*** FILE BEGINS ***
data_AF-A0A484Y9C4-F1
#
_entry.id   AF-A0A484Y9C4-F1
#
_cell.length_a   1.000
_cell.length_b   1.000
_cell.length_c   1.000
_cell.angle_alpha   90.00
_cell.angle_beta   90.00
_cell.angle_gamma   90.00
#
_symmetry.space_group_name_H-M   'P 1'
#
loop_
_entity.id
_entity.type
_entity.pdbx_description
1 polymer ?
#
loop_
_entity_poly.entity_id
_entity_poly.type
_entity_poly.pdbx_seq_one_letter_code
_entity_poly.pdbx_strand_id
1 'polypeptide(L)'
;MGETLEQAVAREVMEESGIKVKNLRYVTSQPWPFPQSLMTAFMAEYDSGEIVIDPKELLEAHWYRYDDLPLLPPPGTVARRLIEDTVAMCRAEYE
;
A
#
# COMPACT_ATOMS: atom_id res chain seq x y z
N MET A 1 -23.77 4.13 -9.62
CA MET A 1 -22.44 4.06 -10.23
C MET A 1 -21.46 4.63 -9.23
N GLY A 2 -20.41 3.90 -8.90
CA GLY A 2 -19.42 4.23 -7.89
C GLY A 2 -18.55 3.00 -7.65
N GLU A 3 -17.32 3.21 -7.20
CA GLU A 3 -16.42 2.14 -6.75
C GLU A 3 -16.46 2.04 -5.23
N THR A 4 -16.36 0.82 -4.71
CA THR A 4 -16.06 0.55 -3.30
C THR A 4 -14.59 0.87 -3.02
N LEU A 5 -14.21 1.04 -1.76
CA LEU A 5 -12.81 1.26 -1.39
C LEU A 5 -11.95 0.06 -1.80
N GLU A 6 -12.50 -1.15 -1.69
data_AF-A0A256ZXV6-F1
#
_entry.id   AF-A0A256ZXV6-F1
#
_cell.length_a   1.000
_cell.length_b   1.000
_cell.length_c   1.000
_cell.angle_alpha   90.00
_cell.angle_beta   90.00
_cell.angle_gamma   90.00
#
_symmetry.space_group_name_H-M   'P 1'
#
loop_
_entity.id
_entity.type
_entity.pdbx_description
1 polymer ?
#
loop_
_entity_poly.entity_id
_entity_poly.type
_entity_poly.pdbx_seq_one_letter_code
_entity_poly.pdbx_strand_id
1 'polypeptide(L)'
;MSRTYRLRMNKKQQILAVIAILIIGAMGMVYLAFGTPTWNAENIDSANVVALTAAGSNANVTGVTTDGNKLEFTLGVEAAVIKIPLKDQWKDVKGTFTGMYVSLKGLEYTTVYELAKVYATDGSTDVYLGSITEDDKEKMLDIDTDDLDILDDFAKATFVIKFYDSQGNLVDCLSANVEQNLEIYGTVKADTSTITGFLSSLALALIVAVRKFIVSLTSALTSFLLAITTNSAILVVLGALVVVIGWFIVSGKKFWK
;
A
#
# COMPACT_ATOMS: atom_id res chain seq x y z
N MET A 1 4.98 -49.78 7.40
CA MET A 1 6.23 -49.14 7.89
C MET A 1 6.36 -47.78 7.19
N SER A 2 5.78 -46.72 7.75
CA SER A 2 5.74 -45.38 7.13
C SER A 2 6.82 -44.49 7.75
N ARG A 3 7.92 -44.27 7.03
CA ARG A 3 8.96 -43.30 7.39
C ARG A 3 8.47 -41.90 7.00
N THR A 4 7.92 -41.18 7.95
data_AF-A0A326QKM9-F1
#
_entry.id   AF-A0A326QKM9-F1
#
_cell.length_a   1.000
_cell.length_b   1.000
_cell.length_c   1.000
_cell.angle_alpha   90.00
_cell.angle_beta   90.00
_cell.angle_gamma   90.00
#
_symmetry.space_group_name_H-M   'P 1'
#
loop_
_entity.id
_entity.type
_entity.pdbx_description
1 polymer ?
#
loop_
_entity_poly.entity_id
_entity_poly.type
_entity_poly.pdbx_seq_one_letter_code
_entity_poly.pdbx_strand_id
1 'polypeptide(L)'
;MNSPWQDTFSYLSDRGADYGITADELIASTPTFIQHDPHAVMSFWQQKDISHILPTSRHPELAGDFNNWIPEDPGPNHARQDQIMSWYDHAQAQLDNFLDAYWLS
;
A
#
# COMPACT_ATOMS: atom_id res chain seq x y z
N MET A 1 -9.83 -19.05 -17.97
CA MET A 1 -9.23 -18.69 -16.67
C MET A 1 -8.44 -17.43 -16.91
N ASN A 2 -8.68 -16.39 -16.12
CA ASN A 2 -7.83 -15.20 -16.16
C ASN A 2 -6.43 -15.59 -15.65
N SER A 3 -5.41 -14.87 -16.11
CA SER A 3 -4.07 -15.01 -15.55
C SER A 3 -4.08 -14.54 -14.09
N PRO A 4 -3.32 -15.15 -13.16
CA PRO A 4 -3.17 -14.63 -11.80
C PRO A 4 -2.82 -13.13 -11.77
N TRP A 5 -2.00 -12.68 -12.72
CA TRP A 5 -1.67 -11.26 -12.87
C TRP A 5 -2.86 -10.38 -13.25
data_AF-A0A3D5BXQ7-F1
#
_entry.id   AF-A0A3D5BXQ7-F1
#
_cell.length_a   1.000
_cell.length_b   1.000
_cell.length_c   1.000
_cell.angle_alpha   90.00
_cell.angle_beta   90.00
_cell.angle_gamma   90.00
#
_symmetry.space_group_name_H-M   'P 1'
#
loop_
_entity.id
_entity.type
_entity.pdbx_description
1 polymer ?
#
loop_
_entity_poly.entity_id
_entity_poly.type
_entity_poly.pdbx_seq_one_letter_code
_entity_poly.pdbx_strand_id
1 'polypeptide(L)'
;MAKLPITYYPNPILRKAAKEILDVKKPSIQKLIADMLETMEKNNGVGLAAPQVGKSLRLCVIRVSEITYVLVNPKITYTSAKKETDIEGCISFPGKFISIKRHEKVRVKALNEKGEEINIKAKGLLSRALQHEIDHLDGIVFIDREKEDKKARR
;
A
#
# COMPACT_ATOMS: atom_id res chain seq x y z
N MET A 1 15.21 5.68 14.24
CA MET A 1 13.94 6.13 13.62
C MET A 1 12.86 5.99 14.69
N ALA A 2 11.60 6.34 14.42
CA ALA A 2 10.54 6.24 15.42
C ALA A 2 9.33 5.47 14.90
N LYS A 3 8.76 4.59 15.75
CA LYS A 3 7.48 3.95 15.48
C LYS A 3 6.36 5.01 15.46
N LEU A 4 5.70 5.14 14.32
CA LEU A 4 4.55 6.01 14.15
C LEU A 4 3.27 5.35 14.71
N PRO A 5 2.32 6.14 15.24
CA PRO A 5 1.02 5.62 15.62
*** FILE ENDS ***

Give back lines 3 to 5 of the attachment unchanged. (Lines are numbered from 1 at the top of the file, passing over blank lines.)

_entry.id   AF-A0A484Y9C4-F1
#
_cell.length_a   1.000